Free inquiry gives way to ideology in annals of science
Last month, one of the world’s leading science journals, Nature Human Behaviour, issued a decree stating that scientific research would be suppressed at the journal if it had the potential to harm the public.
The new guidance, titled “Science must respect the dignity and rights of all humans”, was announced on Twitter on August 23 by chief editor Stavroula Kousta, who issued the chilling edict: “Some argue that we should evaluate such research only on the basis of its scientific soundness and merit. I disagree.”
The guidance states: “Although the pursuit of knowledge is a fundamental public good, considerations of harm can occasionally supersede the goal of seeking or sharing new knowledge, and a decision not to undertake or not to publish a project may be warranted.”
It is less than 100 years since the last Index Librorum Prohibitorum (Index of Prohibited Books) was issued by the Catholic Church, the greatest project in censorship the world has known.
For 400 years, the Vatican suppressed knowledge that its cardinals deemed immoral and potentially harmful to the public, including knowledge such as the heliocentric model of the solar system and John Stuart Mill’s Principles of Political Economy.
The church’s index of banned books was so extensive that it encompassed the complete works of classical philosophers such as Plato and Aristotle, the literary treasures of Homer and Virgil, indispensable works of history by Thucydides and Edward Gibbon, and foundational philosophical and scientific texts by Galileo, Copernicus, Kepler, Pascal, Bacon, Voltaire, Diderot, Rousseau, Spinoza, Hobbes, Erasmus, Hume, Milton and Locke. The church finally stopped issuing its index in 1948. And 74 years later, few people could have predicted the project of censoring knowledge would be taken up by scientific journals themselves.
We expect our scientific institutions to implement policies and procedures to minimise possible harms to participants who are directly involved in scientific research. And strict rules exist to protect research participants, and have existed for decades. Oversight of research is conducted by ethics committees that are attached to every university and organisation that produces peer-reviewed research.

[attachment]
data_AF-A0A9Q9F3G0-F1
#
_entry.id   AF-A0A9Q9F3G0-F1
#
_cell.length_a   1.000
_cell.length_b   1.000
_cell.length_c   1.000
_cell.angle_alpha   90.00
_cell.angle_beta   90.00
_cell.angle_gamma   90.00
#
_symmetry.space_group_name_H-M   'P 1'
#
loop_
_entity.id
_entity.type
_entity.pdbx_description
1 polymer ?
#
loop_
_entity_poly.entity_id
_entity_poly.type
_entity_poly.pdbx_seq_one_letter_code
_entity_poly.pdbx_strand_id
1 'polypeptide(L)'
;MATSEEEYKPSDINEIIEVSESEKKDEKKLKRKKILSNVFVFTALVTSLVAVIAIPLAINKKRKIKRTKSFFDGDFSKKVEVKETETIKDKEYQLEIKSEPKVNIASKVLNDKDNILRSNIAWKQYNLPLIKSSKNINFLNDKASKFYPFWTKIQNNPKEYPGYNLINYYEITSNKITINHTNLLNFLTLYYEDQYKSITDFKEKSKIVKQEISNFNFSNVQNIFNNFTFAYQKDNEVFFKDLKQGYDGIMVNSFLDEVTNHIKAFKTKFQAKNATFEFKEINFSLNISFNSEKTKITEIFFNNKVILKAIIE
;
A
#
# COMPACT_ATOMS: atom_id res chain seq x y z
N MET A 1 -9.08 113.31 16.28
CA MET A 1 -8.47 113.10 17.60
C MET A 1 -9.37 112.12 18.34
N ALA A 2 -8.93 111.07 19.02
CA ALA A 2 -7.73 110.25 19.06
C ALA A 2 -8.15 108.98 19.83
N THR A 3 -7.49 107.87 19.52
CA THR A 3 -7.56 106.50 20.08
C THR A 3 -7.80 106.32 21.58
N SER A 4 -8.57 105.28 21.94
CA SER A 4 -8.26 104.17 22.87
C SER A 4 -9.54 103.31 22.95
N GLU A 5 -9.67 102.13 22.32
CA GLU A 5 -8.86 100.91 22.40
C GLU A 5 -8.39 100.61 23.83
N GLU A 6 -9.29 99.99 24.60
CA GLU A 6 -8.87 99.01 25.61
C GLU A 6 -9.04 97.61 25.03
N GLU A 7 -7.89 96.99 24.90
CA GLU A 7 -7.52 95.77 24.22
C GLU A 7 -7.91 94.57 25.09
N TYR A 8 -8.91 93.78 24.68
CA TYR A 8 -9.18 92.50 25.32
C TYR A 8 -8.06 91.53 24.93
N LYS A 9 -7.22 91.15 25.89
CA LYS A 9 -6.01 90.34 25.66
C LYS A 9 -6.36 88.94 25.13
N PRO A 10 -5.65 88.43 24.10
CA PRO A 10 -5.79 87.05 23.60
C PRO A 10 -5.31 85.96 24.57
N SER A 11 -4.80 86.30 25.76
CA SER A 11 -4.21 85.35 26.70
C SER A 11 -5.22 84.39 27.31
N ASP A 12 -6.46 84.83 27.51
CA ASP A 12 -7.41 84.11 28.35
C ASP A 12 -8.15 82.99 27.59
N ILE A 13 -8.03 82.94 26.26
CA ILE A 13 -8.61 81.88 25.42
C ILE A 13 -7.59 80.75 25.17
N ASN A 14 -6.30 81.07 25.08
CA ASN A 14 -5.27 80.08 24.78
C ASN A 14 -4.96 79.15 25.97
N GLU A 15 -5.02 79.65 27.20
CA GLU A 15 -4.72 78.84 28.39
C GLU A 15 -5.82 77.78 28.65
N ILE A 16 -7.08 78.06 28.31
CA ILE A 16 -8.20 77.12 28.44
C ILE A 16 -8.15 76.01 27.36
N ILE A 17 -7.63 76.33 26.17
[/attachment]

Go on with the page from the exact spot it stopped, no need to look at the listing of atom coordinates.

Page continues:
Yet this new guidance from Nature takes the approach of harm minimisation to a new frontier – arguing potential harms to the public must be prevented also. And the gatekeepers who will decide which knowledge is harmful to the public are the journal editors themselves.
“People can be harmed indirectly,” the guidance enjoins: “research may inadvertently stigmatise individuals or human groups. It may be discriminatory, racist, sexist, ableist or homophobic.”
Elsewhere in the document, Nature lists the gender identities that must be respected if a research paper wishes to have Nature’s imprimatur, including, but not limited to, “transgender, gender-queer, gender-fluid, non-binary, gender-variant, genderless, agender, nongender, bi-gender, trans man, trans woman, trans masculine, trans feminine and cisgender”.
It will not escape a young scholar reading this decree that they will have to genuflect to unscientific concepts to have a successful career as a research scientist today. Publication in a journal such as Nature opens doors for young scholars, and can put them on the pathway to tenure and job security. In reading this decree, however, a young scientist will realise that if they want a successful career in the profession, they must subordinate their science to ideology.
The historical precedents for such a development should give us pause. While the church tried to stifle the spread of knowledge after the invention of the printing press, the Soviet Union’s censorship of science in the 20th century made the church’s efforts look like child’s play.
Under Joseph Stalin, science was not published if it was considered idealistic or bourgeois, or if it contradicted historical materialism. When the understanding of genetics – based on the principles of natural selection – was determined to be “bourgeois science”, any scientist who refused to renounce genetics was dismissed from their posting and left destitute. It is estimated that more than 3000 biologists were imprisoned during Stalin’s era, and some were sentenced to death for being “enemies of the state”.
But it was not just the scientific profession that suffered from this censorship. False ideas about agriculture promoted by Trofim Lysenko (ideas that could have been corrected by an accurate understanding of genetics) are thought to have played a direct role in famines that killed tens of millions of people in the Soviet Union as well as China. The Great Chinese Famine, which occurred after China adopted Lysenkoist agricultural policy, is estimated to have killed between 15 million and 55 million people. In other words, the suppression of accurate scientific knowledge in the 20th century was responsible for more deaths than the Holocaust.
The relatively recent cultural conventions of liberal democratic societies have allowed for open inquiry and free thought to flourish. But, ever since the Enlightenment, science and reason have come under attack from ideologues of all stripes. Whether those zealots be religious or political, the battle for science and reason never ends. And now the fight must be taken up with the ideologues within scientific institutions themselves.
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